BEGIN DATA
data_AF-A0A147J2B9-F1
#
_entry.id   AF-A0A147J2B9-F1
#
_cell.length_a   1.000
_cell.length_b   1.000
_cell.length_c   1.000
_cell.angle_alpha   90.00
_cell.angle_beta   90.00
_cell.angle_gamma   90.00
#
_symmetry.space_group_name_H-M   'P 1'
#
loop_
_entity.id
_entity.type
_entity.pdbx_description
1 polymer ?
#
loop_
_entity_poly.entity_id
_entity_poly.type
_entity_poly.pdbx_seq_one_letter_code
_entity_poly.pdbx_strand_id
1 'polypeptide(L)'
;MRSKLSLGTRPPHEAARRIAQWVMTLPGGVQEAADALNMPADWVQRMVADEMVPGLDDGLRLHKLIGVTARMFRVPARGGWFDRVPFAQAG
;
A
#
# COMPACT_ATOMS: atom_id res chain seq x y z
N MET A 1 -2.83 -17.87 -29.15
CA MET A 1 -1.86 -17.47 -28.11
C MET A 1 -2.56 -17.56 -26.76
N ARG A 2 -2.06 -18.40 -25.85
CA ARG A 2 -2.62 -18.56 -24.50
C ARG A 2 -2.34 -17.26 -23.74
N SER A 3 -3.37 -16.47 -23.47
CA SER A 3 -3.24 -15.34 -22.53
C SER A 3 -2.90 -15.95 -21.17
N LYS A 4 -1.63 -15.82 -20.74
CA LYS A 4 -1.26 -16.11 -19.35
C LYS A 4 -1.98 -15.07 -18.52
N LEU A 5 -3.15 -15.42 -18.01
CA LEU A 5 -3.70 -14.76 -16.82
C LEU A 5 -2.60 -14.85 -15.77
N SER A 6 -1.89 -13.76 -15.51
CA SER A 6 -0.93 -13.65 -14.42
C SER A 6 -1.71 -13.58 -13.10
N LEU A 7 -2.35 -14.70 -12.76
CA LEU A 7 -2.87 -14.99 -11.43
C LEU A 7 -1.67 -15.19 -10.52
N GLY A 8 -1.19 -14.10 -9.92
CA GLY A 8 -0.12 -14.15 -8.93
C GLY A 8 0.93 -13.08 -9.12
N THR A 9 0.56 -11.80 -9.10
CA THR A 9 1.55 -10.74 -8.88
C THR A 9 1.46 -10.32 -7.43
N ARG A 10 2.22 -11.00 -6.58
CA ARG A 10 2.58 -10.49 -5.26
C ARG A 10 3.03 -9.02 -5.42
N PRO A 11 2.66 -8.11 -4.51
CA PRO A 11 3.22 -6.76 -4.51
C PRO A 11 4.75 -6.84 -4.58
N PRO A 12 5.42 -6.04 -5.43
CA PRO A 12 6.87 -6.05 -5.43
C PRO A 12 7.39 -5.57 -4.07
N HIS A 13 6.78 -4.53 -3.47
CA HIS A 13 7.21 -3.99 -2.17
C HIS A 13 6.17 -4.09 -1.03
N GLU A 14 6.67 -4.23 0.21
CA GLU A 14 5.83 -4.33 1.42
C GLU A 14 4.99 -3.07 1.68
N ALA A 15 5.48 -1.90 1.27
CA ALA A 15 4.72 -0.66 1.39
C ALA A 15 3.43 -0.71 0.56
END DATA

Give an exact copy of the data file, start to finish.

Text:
data_AF-A0A147J2B9-F1
#
_entry.id   AF-A0A147J2B9-F1
#
_cell.length_a   1.000
_cell.length_b   1.000
_cell.length_c   1.000
_cell.angle_alpha   90.00
_cell.angle_beta   90.00
_cell.angle_gamma   90.00
#
_symmetry.space_group_name_H-M   'P 1'
#
loop_
_entity.id
_entity.type
_entity.pdbx_description
1 polymer ?
#
loop_
_entity_poly.entity_id
_entity_poly.type
_entity_poly.pdbx_seq_one_letter_code
_entity_poly.pdbx_strand_id
1 'polypeptide(L)'
;MRSKLSLGTRPPHEAARRIAQWVMTLPGGVQEAADALNMPADWVQRMVADEMVPGLDDGLRLHKLIGVTARMFRVPARGGWFDRVPFAQAG
;
A
#
# COMPACT_ATOMS: atom_id res chain seq x y z
N MET A 1 -2.83 -17.87 -29.15
CA MET A 1 -1.86 -17.47 -28.11
C MET A 1 -2.56 -17.56 -26.76
N ARG A 2 -2.06 -18.40 -25.85
CA ARG A 2 -2.62 -18.56 -24.50
C ARG A 2 -2.34 -17.26 -23.74
N SER A 3 -3.37 -16.47 -23.47
CA SER A 3 -3.24 -15.34 -22.53
C SER A 3 -2.90 -15.95 -21.17
N LYS A 4 -1.63 -15.82 -20.74
CA LYS A 4 -1.26 -16.11 -19.35
C LYS A 4 -1.98 -15.07 -18.52
N LEU A 5 -3.15 -15.42 -18.01
CA LEU A 5 -3.70 -14.76 -16.82
C LEU A 5 -2.60 -14.85 -15.77
N SER A 6 -1.89 -13.76 -15.51
CA SER A 6 -0.93 -13.65 -14.42
C SER A 6 -1.71 -13.58 -13.10
N LEU A 7 -2.35 -14.70 -12.76
CA LEU A 7 -2.87 -14.99 -11.43
C LEU A 7 -1.67 -15.19 -10.52
N GLY A 8 -1.19 -14.10 -9.92
CA GLY A 8 -0.12 -14.15 -8.93
C GLY A 8 0.93 -13.08 -9.12
N THR A 9 0.56 -11.80 -9.10
CA THR A 9 1.55 -10.74 -8.88
C THR A 9 1.46 -10.32 -7.43
N ARG A 10 2.22 -11.00 -6.58
CA ARG A 10 2.58 -10.49 -5.26
C ARG A 10 3.03 -9.02 -5.42
N PRO A 11 2.66 -8.11 -4.51
CA PRO A 11 3.22 -6.76 -4.51
C PRO A 11 4.75 -6.84 -4.58
N PRO A 12 5.42 -6.04 -5.43
CA PRO A 12 6.87 -6.05 -5.43
C PRO A 12 7.39 -5.57 -4.07
N HIS A 13 6.78 -4.53 -3.47
CA HIS A 13 7.21 -3.99 -2.17
C HIS A 13 6.17 -4.09 -1.03
N GLU A 14 6.67 -4.23 0.21
CA GLU A 14 5.83 -4.33 1.42
C GLU A 14 4.99 -3.07 1.68
N ALA A 15 5.48 -1.90 1.27
CA ALA A 15 4.72 -0.66 1.39
C ALA A 15 3.43 -0.71 0.56